4 pointers to write great coaching sections

If you’re writing a book on your expertise, you’re coaching the reader and the quality of your coaching is what sets your book apart. When you plan your book, treat each subheading within a chapter as a coaching section: what does the reader need to learn and what do they need to do? This fail-safe structure will help you hit the bull’s eye, every time. For well-rounded coaching, each section should include these four things:


whatWHAT: Topic: This introduces the section clearly: let your readers know exactly what they’re going to discover. This might be one sentence or the whole first paragraph. In this blog post, it’s the first paragraph.

Even if your section heading says what the topic is, make sure that you include this in the first sentence or paragraph: every section needs an introduction.


whyWHY: Explanation: This is the meat of the section, where you explain the concept, the situation, the background, the main points. This is “WHY” in two senses. First, why are they going to take this step this in their business, their life, their relationship, whatever your book is covering. Second, why are you telling them this? You need to sell your reader the information: what happens if they don’t follow this advice?  In this blog post, each pointer has its own WHY, as the first sentence or two after the words in bold.


whoWHO: Example(s) or case study / Research / both:
We’re humans, so information immediately becomes more meaningful to us when we can put it in a human context. Your examples and case studies show us how this works out in relation to real people. These examples should be…

  • relevant to your audience (if it’s for multiple audiences, use a mix of examples)
  • from your training & clients / research: showcase your expertise and experience
  • based on problems (usually): examples of people already doing something right can be tricky: they show us the right way but not how to turn it around
  • happy endings: show us the way to success! Even if it’s a negative example of what not to do, follow that with what should have been done instead
  • unpacked: if it’s not 100% obvious, unpack the example for us.

In most cases, it’s easier to start with the explanation and then give an example. When the subject is more abstract – for example, a relationship dynamic – it’s easier to start with the example, then unpack it and move into the explanation. If you’re explaining a process, then you might run the explanation and the case study together, referencing the case study in each stage of the process. If you have a number of small points, you might want to give an example of each. In this blog post, I’m giving an example at the end of each pointer, using the post itself as the example.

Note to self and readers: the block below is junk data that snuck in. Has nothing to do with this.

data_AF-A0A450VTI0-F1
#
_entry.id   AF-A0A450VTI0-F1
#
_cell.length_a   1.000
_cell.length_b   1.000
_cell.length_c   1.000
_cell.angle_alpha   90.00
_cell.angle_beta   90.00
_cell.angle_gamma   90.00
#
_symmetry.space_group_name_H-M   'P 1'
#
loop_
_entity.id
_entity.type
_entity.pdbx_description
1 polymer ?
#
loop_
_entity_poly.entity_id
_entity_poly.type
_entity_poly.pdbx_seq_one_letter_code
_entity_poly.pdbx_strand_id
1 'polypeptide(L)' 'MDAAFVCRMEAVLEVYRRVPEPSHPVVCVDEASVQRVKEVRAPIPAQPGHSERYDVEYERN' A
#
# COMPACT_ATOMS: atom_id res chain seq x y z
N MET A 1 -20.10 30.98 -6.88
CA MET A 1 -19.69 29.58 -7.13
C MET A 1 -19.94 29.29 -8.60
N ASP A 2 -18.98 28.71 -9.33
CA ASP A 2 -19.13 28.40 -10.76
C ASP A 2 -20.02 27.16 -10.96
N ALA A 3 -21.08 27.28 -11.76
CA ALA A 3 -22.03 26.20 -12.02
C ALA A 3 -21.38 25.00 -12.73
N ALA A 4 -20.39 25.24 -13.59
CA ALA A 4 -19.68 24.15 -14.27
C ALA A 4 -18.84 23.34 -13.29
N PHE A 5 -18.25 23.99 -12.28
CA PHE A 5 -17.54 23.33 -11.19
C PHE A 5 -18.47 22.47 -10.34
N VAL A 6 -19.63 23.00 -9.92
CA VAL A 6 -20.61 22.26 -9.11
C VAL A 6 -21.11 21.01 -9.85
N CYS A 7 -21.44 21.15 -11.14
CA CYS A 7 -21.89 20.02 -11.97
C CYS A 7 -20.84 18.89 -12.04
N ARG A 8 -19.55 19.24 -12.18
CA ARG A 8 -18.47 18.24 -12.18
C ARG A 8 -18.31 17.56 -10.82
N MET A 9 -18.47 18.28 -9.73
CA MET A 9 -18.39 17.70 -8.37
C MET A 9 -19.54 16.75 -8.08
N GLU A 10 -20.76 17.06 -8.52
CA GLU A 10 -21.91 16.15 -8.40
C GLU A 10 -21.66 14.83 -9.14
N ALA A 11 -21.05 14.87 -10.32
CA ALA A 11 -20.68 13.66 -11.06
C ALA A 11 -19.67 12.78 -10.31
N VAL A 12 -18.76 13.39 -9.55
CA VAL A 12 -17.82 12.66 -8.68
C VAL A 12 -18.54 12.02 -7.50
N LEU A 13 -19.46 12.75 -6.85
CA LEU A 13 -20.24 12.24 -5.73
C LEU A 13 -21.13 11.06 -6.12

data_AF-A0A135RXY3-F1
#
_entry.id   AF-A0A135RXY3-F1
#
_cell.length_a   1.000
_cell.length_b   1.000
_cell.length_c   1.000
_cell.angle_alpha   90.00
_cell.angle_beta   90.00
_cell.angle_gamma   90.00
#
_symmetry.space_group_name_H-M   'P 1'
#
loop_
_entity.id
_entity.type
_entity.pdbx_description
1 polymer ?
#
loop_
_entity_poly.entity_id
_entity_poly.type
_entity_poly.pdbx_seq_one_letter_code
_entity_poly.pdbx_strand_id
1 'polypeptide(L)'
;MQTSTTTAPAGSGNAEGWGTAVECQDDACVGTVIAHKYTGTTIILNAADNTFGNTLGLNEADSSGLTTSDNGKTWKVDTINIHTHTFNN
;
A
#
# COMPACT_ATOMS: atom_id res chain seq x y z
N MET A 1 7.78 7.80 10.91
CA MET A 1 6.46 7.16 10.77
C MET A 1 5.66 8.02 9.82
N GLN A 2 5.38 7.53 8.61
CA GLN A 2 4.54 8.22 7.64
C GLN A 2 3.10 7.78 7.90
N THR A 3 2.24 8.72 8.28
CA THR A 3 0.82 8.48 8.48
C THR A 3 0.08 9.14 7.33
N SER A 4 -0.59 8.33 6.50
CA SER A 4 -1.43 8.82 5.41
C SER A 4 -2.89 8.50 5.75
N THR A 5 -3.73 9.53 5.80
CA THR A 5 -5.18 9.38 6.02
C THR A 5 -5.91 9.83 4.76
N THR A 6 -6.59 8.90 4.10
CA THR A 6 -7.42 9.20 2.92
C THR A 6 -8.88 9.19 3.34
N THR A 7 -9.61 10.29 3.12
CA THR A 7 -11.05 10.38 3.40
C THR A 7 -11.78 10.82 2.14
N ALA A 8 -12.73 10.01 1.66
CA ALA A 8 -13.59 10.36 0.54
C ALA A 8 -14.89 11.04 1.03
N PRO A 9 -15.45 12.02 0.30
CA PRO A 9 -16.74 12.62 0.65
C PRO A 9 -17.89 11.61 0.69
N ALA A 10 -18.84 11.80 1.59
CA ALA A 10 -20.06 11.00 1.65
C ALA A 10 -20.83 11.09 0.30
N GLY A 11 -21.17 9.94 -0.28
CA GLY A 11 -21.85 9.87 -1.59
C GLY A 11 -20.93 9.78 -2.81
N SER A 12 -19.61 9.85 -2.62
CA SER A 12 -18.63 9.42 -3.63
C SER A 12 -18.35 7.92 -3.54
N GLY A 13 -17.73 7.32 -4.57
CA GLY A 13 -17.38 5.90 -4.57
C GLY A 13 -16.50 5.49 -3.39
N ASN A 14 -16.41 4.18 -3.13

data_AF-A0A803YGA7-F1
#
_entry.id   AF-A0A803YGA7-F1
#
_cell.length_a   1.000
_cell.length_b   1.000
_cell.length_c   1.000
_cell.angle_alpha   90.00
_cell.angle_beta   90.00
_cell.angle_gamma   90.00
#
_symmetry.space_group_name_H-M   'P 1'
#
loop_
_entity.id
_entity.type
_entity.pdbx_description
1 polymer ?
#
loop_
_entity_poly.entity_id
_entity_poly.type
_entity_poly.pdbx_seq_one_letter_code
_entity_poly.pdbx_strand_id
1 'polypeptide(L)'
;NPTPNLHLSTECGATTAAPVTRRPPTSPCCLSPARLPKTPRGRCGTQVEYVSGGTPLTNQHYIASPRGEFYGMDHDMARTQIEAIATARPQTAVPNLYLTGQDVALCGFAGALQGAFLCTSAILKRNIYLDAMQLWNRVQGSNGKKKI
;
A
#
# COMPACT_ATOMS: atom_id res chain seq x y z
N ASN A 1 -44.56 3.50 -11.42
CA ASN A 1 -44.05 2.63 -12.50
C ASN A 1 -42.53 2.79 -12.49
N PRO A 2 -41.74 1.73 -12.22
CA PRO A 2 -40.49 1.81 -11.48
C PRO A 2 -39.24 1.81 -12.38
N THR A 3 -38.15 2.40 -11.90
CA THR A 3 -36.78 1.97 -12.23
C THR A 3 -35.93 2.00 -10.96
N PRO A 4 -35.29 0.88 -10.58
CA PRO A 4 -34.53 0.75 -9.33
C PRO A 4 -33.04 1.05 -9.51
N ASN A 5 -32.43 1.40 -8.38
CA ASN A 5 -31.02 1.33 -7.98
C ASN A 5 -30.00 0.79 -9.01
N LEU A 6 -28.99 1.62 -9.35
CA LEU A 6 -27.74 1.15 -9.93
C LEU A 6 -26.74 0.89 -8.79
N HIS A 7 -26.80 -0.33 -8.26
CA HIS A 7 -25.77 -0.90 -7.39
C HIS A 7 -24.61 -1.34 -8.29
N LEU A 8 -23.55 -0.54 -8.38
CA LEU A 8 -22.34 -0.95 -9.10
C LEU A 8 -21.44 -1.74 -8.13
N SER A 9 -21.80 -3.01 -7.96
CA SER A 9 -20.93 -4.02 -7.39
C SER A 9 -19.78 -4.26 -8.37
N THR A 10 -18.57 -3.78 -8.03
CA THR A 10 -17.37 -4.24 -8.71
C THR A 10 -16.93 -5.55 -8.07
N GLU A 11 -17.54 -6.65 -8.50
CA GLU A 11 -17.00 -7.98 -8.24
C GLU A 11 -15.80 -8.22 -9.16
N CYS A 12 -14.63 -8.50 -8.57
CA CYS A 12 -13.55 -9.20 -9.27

HowSpecific advice: How To. This is the take-home / to-do. Make sure you tell people what to do and how to do it. For example, what is “Prioritise each day’s tasks” – now I want to know how. Should I be prioritising by which is most urgent, which one I most want to do, which one is most income-producing, which one is gold time? Should I make a list on paper or is there a better way? How much time should I spend on it? Give specific guidance; offer tools where you can. This is what sets your book apart from the others in its field: the quality of your advice.
Remember that you are the expert in this, not your readers, so beware of offering “masterclass” advice, which is pitched above their skill level. For example, in a book on time management, “Organise your time” is masterclass: your reader doesn’t know how and that’s why they’re reading the book. A good touchstone is to think of the client who’s worst at this: how would you walk them through it? If your advice works for them, it’ll work for everyone.
In this blog post, I’ve given you a checklist for your examples and a useful touchstone for how to pitch your advice to your reader’s level. I’m also giving clear, staged instructions throughout.

Print out this structure and stick it above your desk, for every time you write a blog post or a section of your book. Each one will be substantial, well-rounded, well-organised, and most importantly of all, helpful. And that’s what sets you apart.

For more on good coaching, read How to write great coaching questions. If you want support and guidance, consider booking in your work so far for a critique or take a few book-coaching sessions.

2 thoughts on “4 pointers to write great coaching sections

  1. Excellent approach for many who are developing or making a product (hardware. software or combination) and introducing their work to a larger audience or (groups of) users. With this concept I could have avoided in the years that I produced many systems better instructions, user manuals etc.
    I hope that an aproach like you described will get the attention and follow-up it deserves.

  2. Pingback: The secret missing element stopping you writing | Thought Leader Books: The Blog

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